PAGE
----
Wednesday, 4 May 2011

It's Wednesday morning tea time again...

What is reading really about?  Of course reading is about the book.  We all want to read "good books", and are always searching for the next "good book".  No one can have a good reading experience without a good book... or can they?  There have been occasions when my book group has come together to discuss a book that at least one member said she really didn't like, maybe didn't even finish, but by the end of the discussion, that same member admitted that she wanted to reread it, or finish it, because the group discussed aspects of the novel, or reasons for the characters' behaviour, or the author's intent, that made the novel more appealing to her.

So reading is about more than the book.  It's certainly about personal setting.  For me, there's something about a Wednesday morning, with a steaming cup of tea and classical music playing in the background that calls me to open a book and read.  It's a solitary time, a time to reflect, to learn, to allow a feeling of inner silence while the world goes about its busy-ness outside this cozy retreat.   Or on a bus heading to Toronto, as I've done so many times over the past four years, I can completely lose myself in a novel because there are no interruptions, nothing to distract me from the pages.  We often refer to "beach reads", those light, easy novels that don't require much concentration, because the book is not the main focus in those settings, the beach or holiday is.  I remember once years ago being at the beach in Toronto and I was reading Crime and Punishment.  Someone lying on the sand near me commented that this was definitely NOT the type of light reading one should bring to the beach in the summer.  This person may well have been right, as it took me forever to finish it!  Maybe I should have waited to read it in November, when I could focus a bit better.

Setting also goes hand-in-hand with mood.  There have been a number of times when I've read a book for the first time and either loved it or hated it, only to reread it at another time and have the exact opposite reaction.  It's important to choose a book that you feel like reading, and not to struggle with a book that you want to read but that is just not working for you at that moment.  I would advise that you put it down, take up something else, and try the first book again at another time.  You may find that it was just your mood at the time that was standing in the way of your ability to enjoy it.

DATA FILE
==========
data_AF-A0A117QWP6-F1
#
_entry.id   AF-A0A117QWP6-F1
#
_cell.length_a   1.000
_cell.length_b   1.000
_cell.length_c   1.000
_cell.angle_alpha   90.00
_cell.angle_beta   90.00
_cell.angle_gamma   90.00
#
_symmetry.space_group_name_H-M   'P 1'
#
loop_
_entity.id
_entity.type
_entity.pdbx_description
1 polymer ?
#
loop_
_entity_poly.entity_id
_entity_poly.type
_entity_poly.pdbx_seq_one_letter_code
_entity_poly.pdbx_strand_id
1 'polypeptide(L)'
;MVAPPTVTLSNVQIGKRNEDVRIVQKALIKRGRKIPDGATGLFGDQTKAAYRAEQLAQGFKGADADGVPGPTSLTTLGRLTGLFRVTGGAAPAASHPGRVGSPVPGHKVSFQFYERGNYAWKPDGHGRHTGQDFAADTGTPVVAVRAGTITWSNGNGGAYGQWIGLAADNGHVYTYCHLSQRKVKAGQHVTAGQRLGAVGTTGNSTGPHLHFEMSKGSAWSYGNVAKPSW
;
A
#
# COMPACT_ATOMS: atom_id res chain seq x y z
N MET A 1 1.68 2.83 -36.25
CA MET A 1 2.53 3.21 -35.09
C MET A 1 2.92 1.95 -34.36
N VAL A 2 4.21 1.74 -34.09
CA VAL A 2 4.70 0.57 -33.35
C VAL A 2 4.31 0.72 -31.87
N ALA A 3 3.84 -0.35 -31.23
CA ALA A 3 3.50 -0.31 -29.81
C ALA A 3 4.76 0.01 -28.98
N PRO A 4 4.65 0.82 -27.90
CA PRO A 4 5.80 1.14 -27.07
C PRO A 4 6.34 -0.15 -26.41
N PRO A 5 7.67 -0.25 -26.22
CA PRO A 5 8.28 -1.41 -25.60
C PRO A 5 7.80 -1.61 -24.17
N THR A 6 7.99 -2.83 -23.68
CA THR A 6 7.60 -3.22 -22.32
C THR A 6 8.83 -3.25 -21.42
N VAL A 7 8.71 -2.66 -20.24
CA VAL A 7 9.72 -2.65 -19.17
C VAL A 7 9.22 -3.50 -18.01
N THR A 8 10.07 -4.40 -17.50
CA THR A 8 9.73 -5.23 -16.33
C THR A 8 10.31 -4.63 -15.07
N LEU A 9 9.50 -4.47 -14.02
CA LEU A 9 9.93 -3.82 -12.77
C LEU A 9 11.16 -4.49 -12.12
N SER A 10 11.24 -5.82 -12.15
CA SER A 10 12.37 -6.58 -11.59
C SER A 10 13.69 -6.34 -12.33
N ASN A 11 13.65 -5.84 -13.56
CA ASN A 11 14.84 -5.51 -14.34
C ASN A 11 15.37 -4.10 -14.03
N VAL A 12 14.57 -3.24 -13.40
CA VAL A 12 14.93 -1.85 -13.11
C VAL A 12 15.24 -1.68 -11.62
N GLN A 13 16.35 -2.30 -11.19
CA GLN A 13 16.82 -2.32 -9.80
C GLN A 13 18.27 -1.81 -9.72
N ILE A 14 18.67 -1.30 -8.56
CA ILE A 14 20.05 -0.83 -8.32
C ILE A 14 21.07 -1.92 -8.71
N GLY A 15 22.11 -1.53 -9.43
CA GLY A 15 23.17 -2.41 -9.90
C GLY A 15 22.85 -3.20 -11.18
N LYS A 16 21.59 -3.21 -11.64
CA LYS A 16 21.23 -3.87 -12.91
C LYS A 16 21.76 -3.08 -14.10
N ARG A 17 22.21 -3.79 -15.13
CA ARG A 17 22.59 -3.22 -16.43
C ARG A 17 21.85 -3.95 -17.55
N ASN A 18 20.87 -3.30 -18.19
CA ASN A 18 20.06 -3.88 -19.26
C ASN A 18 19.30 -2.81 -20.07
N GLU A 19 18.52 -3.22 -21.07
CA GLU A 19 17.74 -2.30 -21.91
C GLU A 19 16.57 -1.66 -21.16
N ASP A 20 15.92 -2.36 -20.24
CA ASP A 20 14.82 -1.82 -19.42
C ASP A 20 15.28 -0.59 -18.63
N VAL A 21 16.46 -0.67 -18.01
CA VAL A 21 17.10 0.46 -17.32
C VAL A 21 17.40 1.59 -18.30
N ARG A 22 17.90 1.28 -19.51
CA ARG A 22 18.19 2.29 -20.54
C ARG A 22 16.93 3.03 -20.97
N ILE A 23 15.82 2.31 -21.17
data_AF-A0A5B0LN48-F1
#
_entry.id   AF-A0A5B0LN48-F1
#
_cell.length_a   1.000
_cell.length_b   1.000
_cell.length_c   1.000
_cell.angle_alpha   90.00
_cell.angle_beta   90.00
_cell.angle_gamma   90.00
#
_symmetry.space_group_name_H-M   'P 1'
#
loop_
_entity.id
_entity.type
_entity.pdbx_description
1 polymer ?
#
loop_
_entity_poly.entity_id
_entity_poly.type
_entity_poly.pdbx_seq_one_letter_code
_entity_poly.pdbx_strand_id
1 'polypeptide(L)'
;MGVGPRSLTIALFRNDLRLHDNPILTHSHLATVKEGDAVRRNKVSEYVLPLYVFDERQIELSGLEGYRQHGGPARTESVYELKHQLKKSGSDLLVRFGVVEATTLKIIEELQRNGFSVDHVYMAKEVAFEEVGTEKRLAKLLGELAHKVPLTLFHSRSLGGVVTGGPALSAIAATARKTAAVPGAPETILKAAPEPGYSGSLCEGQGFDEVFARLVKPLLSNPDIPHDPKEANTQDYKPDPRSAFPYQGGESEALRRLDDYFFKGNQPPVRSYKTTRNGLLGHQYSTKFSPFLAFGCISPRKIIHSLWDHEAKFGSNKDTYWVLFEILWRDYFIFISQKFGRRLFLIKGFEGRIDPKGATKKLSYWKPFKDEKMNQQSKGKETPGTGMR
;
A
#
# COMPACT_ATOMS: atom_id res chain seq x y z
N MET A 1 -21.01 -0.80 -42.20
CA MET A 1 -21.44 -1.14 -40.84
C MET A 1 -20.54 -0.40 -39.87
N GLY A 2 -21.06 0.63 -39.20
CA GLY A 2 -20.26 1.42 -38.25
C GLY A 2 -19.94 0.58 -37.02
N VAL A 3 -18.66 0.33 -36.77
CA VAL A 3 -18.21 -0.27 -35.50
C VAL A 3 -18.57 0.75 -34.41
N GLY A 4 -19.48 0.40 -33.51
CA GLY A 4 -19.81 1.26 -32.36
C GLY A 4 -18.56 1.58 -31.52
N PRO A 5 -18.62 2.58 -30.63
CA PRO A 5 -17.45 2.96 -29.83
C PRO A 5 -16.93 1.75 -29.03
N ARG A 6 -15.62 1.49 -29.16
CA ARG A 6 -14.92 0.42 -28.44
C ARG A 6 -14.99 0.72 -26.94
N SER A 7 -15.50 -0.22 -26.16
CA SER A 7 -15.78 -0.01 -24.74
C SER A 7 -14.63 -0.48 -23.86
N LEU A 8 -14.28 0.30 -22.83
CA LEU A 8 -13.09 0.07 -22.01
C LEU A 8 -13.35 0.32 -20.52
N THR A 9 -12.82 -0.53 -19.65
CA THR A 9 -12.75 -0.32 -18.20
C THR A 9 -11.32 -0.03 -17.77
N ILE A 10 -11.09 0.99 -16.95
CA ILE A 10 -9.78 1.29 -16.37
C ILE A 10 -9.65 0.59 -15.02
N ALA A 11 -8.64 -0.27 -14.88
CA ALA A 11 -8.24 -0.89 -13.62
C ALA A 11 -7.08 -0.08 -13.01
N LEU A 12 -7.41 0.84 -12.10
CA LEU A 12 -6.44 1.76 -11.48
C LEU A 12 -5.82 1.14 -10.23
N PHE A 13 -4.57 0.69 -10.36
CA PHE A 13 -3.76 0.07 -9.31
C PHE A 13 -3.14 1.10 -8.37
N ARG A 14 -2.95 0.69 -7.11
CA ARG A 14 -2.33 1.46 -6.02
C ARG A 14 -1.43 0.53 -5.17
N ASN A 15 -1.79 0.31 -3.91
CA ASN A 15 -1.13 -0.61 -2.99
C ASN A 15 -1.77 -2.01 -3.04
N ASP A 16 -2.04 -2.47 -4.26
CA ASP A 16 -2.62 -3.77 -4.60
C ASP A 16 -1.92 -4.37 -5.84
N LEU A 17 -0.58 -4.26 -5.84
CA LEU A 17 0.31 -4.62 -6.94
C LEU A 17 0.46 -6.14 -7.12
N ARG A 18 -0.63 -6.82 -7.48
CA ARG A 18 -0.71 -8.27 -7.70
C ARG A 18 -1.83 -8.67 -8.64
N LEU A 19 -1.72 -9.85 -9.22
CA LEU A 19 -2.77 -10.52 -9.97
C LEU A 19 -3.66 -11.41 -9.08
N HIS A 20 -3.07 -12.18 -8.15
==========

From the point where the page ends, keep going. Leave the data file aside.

Our reading experience is also made up of our personal reading history.  No book stands alone in a reader's encounter with it.  We are always referring to books we've read before, sometimes subconsciously, sometimes intentionally.  I read Lois Lowry's The Giver for the first time a few summers ago for a Children's Collection Development course I was taking, and I really enjoyed it.  I could see similarities with The Handmaid's Tale and 1984, both dystopian novels that I have read and found interesting.  I also found similarities with a short story I read long ago for a course I took for my undergrad degree, I think the title is "The Ones Who Walked Away From Omelas" by Ursula LeGuin.  I made these connections to my previous reading experiences, even going as far back as my undergrad days and a relatively obscure short story I read for an elective course I took, probably in 1990, which helped me to appreciate The Giver more fully.  If I had never read these other novels, how might my experience of The Giver been different?  In my opinion, you can never really "un-read" something, although I guess you can forget something that made absolutely no impression on you whatsoever.

Reading history leads me to the social aspects of reading.  Reading has always been perceived as a solitary activity.  But look how book clubs have increased in popularity over the past few years.  Everyone, it seems, belongs to a book group, which is great!  Reading can be a social activity, too!  As I mentioned at the very beginning of this post, sometimes a book that seems uninteresting after a personal reading can seem better, or more interesting, after a group discussion.  Everyone in the group brings their own reading and personal history to the book, and so everyone's experience of a book is going to be different.  Sharing this with others can be a wonderful experience, and I would certainly encourage anyone who may have an interest in joining a book group but hasn't yet done so to find a group and go to one or two meetings.  It's amazing how you can learn from this experience, and be encouraged to read books you never would have tried otherwise. 

And so we've come full circle.  Reading is about the book, and it is a personal, solitary activity.  It is affected by the setting and mood of the reader, and it can be enhanced by sharing your personal reading experience with others.  I'm sure there are many other aspects I haven't even considered here, but I'm running out of time. 

Bye for now!
Julie

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